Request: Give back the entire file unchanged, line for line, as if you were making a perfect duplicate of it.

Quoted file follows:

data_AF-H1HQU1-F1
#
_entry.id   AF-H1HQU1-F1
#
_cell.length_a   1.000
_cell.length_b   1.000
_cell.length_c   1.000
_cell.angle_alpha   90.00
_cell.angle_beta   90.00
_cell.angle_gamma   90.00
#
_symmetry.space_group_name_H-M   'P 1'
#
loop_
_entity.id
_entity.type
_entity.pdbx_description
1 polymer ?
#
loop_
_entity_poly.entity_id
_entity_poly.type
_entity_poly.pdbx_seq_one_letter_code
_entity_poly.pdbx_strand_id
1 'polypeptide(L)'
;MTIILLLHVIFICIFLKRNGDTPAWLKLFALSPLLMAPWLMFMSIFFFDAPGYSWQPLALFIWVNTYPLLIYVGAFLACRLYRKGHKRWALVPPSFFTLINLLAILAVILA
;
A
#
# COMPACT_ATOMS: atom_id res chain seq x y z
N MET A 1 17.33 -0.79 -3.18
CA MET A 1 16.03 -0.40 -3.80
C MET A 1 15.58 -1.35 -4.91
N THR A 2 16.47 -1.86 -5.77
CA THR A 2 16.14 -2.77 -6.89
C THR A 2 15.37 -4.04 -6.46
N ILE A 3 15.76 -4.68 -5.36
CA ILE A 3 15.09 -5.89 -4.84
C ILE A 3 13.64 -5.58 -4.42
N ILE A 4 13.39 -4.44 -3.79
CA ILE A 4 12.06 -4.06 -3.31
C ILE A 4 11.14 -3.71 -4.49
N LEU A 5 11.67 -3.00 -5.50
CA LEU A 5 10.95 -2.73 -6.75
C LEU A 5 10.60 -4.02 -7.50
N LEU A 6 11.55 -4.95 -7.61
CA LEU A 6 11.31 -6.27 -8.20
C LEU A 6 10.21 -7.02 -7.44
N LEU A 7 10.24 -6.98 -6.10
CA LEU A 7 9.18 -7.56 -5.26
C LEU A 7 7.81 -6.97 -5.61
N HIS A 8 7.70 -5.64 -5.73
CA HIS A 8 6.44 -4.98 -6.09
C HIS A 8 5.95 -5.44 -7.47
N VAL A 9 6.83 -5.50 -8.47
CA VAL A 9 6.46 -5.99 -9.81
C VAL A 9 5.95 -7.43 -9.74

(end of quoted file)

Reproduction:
data_AF-H1HQU1-F1
#
_entry.id   AF-H1HQU1-F1
#
_cell.length_a   1.000
_cell.length_b   1.000
_cell.length_c   1.000
_cell.angle_alpha   90.00
_cell.angle_beta   90.00
_cell.angle_gamma   90.00
#
_symmetry.space_group_name_H-M   'P 1'
#
loop_
_entity.id
_entity.type
_entity.pdbx_description
1 polymer ?
#
loop_
_entity_poly.entity_id
_entity_poly.type
_entity_poly.pdbx_seq_one_letter_code
_entity_poly.pdbx_strand_id
1 'polypeptide(L)'
;MTIILLLHVIFICIFLKRNGDTPAWLKLFALSPLLMAPWLMFMSIFFFDAPGYSWQPLALFIWVNTYPLLIYVGAFLACRLYRKGHKRWALVPPSFFTLINLLAILAVILA
;
A
#
# COMPACT_ATOMS: atom_id res chain seq x y z
N MET A 1 17.33 -0.79 -3.18
CA MET A 1 16.03 -0.40 -3.80
C MET A 1 15.58 -1.35 -4.91
N THR A 2 16.47 -1.86 -5.77
CA THR A 2 16.14 -2.77 -6.89
C THR A 2 15.37 -4.04 -6.46
N ILE A 3 15.76 -4.68 -5.36
CA ILE A 3 15.09 -5.89 -4.84
C ILE A 3 13.64 -5.58 -4.42
N ILE A 4 13.39 -4.44 -3.79
CA ILE A 4 12.06 -4.06 -3.31
C ILE A 4 11.14 -3.71 -4.49
N LEU A 5 11.67 -3.00 -5.50
CA LEU A 5 10.95 -2.73 -6.75
C LEU A 5 10.60 -4.02 -7.50
N LEU A 6 11.55 -4.95 -7.61
CA LEU A 6 11.31 -6.27 -8.20
C LEU A 6 10.21 -7.02 -7.44
N LEU A 7 10.24 -6.98 -6.10
CA LEU A 7 9.18 -7.56 -5.26
C LEU A 7 7.81 -6.97 -5.61
N HIS A 8 7.70 -5.64 -5.73
CA HIS A 8 6.44 -4.98 -6.09
C HIS A 8 5.95 -5.44 -7.47
N VAL A 9 6.83 -5.50 -8.47
CA VAL A 9 6.46 -5.99 -9.81
C VAL A 9 5.95 -7.43 -9.74